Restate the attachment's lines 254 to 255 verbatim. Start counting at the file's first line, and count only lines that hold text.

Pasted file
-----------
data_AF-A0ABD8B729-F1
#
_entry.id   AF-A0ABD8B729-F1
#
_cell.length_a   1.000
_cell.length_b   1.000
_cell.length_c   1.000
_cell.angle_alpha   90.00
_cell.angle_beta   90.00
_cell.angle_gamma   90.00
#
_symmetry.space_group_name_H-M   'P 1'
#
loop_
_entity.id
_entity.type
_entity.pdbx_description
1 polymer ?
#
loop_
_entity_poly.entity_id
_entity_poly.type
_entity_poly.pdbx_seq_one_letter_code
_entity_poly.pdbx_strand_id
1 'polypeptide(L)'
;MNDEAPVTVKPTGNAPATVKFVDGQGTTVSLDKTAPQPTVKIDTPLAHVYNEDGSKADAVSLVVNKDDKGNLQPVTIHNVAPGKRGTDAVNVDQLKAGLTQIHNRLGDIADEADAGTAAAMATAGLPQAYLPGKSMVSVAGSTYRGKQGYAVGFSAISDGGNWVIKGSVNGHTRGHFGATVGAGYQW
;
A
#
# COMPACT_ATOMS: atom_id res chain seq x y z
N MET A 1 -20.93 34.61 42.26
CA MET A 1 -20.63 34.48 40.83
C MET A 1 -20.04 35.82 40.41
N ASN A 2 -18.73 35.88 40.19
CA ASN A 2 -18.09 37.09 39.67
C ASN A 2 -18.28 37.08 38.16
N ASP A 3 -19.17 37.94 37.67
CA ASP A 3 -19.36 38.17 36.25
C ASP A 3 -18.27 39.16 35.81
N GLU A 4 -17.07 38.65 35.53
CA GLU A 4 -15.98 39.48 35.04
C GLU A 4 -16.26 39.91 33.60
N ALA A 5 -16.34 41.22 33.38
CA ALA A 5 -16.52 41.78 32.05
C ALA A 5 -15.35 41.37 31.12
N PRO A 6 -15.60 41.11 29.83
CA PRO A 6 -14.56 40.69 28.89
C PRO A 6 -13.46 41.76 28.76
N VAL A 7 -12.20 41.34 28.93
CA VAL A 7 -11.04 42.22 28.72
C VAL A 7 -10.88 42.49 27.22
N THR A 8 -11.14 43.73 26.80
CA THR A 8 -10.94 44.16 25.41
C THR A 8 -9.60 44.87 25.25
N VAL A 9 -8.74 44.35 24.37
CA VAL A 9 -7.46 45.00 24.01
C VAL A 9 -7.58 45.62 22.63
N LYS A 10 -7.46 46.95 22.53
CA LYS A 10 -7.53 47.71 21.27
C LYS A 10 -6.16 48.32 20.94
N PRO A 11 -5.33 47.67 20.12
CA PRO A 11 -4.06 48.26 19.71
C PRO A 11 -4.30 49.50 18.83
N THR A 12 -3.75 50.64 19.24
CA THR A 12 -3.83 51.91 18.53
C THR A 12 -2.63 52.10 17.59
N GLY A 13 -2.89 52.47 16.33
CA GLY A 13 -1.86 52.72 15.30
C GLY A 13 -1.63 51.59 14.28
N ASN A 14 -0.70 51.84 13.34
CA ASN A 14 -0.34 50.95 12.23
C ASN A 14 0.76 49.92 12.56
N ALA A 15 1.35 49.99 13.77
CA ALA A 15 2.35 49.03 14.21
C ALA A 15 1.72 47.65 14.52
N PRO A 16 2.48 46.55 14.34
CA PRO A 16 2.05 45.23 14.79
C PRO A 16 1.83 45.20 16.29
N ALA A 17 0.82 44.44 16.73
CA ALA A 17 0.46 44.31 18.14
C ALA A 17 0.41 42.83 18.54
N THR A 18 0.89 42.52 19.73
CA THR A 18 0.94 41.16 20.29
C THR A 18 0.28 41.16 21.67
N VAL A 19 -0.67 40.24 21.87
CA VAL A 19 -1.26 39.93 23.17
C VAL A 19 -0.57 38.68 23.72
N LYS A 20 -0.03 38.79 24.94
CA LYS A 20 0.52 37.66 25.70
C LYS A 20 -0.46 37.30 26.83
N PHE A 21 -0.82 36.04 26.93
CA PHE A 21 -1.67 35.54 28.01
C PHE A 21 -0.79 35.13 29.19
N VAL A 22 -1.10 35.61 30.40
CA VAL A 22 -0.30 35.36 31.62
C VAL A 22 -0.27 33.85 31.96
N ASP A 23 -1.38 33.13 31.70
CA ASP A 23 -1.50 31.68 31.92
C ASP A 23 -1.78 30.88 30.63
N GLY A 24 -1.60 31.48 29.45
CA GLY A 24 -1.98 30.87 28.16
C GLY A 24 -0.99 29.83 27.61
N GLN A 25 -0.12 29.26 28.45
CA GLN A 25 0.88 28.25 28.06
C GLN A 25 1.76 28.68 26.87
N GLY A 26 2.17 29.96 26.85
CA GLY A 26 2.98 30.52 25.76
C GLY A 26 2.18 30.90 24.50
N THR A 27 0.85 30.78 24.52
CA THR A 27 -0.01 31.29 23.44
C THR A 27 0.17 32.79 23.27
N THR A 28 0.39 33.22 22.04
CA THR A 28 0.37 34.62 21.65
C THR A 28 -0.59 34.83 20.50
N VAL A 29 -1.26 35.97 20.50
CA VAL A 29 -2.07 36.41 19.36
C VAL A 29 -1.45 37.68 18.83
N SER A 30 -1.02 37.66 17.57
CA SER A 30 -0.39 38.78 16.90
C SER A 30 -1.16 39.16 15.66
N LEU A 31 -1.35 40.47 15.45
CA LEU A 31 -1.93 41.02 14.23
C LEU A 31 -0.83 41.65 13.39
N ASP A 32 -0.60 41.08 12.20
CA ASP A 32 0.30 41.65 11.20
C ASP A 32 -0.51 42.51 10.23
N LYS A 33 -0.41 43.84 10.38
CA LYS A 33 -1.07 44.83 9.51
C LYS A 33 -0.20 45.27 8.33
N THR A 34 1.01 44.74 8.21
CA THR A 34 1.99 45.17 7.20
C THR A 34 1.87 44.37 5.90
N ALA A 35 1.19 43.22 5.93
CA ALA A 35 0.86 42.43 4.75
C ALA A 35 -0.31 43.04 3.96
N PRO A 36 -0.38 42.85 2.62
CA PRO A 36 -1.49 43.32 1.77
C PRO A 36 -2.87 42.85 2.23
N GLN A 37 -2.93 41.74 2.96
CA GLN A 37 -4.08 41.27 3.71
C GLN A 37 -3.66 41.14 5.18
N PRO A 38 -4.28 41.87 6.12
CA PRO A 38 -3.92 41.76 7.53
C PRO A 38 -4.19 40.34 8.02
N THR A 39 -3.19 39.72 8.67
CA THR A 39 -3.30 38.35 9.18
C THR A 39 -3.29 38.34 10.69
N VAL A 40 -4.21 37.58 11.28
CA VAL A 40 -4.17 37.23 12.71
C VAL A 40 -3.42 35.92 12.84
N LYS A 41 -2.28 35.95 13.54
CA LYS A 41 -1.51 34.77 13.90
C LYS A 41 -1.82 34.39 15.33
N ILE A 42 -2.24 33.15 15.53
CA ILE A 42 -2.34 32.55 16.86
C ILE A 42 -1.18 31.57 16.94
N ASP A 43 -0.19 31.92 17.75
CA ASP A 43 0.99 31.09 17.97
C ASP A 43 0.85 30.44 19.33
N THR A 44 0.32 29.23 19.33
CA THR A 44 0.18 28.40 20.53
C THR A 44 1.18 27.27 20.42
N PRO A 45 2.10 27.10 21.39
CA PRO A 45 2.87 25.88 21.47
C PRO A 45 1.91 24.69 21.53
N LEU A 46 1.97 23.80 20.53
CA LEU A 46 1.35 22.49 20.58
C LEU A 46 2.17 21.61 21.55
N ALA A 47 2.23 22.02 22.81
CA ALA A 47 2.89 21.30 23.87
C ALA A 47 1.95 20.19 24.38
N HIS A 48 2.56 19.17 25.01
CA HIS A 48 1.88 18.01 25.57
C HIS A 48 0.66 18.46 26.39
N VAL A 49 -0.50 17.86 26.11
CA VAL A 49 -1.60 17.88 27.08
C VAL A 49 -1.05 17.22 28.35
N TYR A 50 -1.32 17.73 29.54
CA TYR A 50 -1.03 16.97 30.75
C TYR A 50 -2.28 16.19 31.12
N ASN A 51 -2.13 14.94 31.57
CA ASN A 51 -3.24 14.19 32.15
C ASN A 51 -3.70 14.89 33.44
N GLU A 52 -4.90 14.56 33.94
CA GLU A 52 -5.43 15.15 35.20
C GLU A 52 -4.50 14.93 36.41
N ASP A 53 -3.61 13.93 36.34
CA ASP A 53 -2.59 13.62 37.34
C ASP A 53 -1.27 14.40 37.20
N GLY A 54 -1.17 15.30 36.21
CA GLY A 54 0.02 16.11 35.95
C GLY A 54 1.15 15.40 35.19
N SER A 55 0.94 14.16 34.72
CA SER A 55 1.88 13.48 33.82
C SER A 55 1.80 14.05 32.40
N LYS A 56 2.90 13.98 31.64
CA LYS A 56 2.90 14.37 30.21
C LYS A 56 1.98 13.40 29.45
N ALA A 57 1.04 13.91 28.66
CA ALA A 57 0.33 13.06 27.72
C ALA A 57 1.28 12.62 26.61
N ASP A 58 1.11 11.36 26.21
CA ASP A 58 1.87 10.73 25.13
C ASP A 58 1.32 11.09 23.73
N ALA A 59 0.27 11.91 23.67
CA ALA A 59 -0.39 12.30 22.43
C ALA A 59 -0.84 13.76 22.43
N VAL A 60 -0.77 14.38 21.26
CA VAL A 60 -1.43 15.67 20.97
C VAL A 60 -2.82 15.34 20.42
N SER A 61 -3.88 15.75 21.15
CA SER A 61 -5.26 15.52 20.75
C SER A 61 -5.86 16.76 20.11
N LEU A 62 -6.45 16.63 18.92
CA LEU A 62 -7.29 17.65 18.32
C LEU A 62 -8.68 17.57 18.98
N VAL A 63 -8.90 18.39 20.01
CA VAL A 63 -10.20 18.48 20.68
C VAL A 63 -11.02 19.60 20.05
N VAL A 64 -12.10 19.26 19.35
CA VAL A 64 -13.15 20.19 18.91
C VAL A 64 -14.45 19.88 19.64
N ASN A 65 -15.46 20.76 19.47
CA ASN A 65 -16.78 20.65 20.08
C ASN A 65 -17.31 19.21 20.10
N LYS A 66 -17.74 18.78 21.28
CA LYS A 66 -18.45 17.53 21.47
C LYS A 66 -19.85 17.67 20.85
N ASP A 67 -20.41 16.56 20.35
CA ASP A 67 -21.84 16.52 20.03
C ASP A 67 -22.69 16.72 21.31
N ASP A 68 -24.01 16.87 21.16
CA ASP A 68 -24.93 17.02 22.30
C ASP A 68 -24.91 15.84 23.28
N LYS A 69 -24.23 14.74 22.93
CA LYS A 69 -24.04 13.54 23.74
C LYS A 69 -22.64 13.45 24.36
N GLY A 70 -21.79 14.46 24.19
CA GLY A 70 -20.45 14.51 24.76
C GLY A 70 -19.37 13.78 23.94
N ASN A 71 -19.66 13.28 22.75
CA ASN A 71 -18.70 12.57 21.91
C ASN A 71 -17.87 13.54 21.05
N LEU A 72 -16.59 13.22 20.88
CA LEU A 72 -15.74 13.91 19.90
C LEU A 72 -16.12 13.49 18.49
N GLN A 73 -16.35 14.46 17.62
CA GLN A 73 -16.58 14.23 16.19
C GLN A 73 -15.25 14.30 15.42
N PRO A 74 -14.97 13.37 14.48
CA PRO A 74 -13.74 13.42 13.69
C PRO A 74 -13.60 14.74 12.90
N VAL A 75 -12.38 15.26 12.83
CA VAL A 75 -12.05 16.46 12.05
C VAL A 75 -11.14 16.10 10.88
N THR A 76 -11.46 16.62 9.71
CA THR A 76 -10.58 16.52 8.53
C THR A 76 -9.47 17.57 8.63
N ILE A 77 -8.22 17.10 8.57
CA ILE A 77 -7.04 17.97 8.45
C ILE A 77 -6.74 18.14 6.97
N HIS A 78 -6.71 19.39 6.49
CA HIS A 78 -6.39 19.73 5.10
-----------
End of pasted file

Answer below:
CA VAL A 75 -12.05 16.46 12.05
C VAL A 75 -11.14 16.10 10.88